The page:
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Should Gamers be Prosecuted for Virtual Stealing?

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Kristin Ross

on 2 April 2014

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Transcript of Should Gamers be Prosecuted for Virtual Stealing?

The author clearly does not believe that gamers should be prosecuted for virtual stealing.
Essay Summery
Alex begins his essay by telling us the story of the Dutch Supreme Court convicting a teenage gamer of virtually stealing something from another player.
Author's Biography
Alex Weiss is a student at Arizona State University.
Alex's essay, in my opinion, seemed to be an argumentative essay.
Presented by:
Kristin Ross
Should Gamers be Prosecuted for Virtual Stealing?
I believe the author's target audience was other college students and/or gamers.
By: Alex Weiss
Alex's essay was written as a blog for one of his classes.
- Slate (an online magazine) published it in early 2012.
He titles the essay as a question, but throughout the essay, his own opinion becomes quite obvious.
This essay would certainly appeal to other gamers, but he explains the relevant facts about MMOs for anyone who may be unfamiliar with gaming.
The author's tone is argumentative.
He uses his own personal experience and opinions to express the reasoning behind why he is against the court's ruling.
"Stealing something that doesn't exist,"
he says.
Alex goes on to explain his "disappointing" teenage years as an MMO thief.
"Video games are not work or investments for which people should be compensated; they are escapism."
Weiss, p. 727
Weiss, p. 727
Alex then goes into the basic ethics and rules of common MMOs, and makes the point that it is NOT against the rules of
to steal other players' belongings...
... Causing me to also question the court's ruling.
Why was someone prosecuted in the real world for something that wasn't against the rules in the virtual world?
Works Cited
Although I agree with the author that this particular gamer should not have been prosecuted, I believe that the author is biased.
Let's look at some of the reasons behind my conclusion...
Two of Alex's quotes have already been mentioned.
During his "disappointing" teenage years, he dedicated an insane amount of time and money to an MMO called EVE online.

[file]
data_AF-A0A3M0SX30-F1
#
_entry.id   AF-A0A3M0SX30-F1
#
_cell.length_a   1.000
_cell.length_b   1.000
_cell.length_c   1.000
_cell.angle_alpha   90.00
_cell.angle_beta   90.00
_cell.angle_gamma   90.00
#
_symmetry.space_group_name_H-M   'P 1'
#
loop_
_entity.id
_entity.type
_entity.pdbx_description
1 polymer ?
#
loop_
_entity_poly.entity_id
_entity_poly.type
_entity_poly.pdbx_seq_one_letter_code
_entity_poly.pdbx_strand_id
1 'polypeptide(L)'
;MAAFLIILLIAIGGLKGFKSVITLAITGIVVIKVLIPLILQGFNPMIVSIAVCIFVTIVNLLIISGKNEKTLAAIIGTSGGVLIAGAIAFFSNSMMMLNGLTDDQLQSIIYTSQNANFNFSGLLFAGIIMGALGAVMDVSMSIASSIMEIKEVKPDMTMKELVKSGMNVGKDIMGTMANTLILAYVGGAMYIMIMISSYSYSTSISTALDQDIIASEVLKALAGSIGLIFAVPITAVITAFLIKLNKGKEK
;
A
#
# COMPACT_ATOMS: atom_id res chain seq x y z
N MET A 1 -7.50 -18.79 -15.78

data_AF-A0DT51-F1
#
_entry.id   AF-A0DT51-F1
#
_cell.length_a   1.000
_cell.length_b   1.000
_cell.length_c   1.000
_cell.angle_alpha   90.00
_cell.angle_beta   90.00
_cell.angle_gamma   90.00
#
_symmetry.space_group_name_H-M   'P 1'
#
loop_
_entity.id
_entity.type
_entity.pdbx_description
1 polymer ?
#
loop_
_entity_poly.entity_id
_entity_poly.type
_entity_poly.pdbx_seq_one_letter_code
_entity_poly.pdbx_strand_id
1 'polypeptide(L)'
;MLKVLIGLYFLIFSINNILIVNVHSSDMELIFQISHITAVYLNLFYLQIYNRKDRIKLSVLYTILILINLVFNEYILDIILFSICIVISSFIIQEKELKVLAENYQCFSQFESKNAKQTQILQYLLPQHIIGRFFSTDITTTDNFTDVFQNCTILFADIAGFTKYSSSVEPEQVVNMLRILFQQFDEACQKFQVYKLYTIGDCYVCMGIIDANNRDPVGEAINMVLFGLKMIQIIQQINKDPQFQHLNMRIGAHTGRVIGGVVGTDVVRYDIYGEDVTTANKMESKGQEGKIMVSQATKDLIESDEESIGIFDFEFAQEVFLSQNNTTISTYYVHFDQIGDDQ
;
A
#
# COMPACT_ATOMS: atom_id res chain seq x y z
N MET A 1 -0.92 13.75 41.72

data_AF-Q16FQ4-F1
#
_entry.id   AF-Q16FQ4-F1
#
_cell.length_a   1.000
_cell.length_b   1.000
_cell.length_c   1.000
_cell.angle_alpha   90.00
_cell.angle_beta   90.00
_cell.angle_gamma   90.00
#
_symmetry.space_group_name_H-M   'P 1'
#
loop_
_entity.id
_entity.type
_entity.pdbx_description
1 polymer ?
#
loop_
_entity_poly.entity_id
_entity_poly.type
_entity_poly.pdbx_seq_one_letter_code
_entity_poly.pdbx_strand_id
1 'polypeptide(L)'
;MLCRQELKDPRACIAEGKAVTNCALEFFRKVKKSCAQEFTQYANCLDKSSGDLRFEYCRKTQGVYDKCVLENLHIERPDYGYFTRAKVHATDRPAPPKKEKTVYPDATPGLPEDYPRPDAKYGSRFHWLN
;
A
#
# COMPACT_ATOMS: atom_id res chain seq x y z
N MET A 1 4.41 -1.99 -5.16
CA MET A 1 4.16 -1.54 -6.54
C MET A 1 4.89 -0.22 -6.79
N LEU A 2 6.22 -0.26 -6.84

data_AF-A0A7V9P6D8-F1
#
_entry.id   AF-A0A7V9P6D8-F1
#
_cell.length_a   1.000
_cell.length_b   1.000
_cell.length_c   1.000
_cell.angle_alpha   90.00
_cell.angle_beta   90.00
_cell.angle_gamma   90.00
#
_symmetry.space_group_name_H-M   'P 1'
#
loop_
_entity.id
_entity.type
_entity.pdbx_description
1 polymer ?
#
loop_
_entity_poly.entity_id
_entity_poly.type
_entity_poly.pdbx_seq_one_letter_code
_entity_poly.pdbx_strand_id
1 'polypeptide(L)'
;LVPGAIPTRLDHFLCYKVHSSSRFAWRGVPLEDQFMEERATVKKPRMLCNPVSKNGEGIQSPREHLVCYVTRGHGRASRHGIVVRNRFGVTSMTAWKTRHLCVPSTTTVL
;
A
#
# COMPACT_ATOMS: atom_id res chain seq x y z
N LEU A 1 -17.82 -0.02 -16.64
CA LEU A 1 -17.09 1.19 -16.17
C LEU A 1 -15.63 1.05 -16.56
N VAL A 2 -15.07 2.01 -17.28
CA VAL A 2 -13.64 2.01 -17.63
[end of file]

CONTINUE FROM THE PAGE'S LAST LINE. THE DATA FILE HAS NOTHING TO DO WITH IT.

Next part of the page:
He also states that video games are merely escapism, and that they shouldn't be compensated for...
...Which translates to me, that they are only a waste of time, unworthy of any value.
I find that offensive, not only to gamers; but to any hobbyist.
- Artists spend massive amounts of time and money on their supplies and masterpieces, often for the joy of "escapism."
- Body builders and health nuts spend time and money on gym equipment, because exercise is a stress reliever. "Escapism."
- Writing and blogging (which the author himself currently does) take up a lot of time. But it's fun, right? "Escapism."
Yet, somehow, those hobbies are far more socially accepting than gaming.
Some gamers even create cute little videos, like this one:
In conclusion, I believe it was a well written essay with facts and evidence to back up the author's opinion.
I agree that the teenage gamer should never have been prosecuted for something that wasn't against the game rules.
I disagree with the author's overall view of gaming in general.
Graved1gger. “Guild Wars vs. World of Warcraft.” Video. Youtube.com. 9 April, 2006. Web. 30 March. 2014.
Bullock, Richard H., Maureen Daly. Goggin, and Francine Weinberg. "Should Gamers Be Prosecuted for Virtual Stealing?" The Norton Field Guide to Writing, with Readings and Handbook. New York: W. W. Norton, 2013. 727-29. Print.
He has worked as a content manager, social media manager, and freelancer.
He also occasionally does stand up comedy at open mike.
Full transcript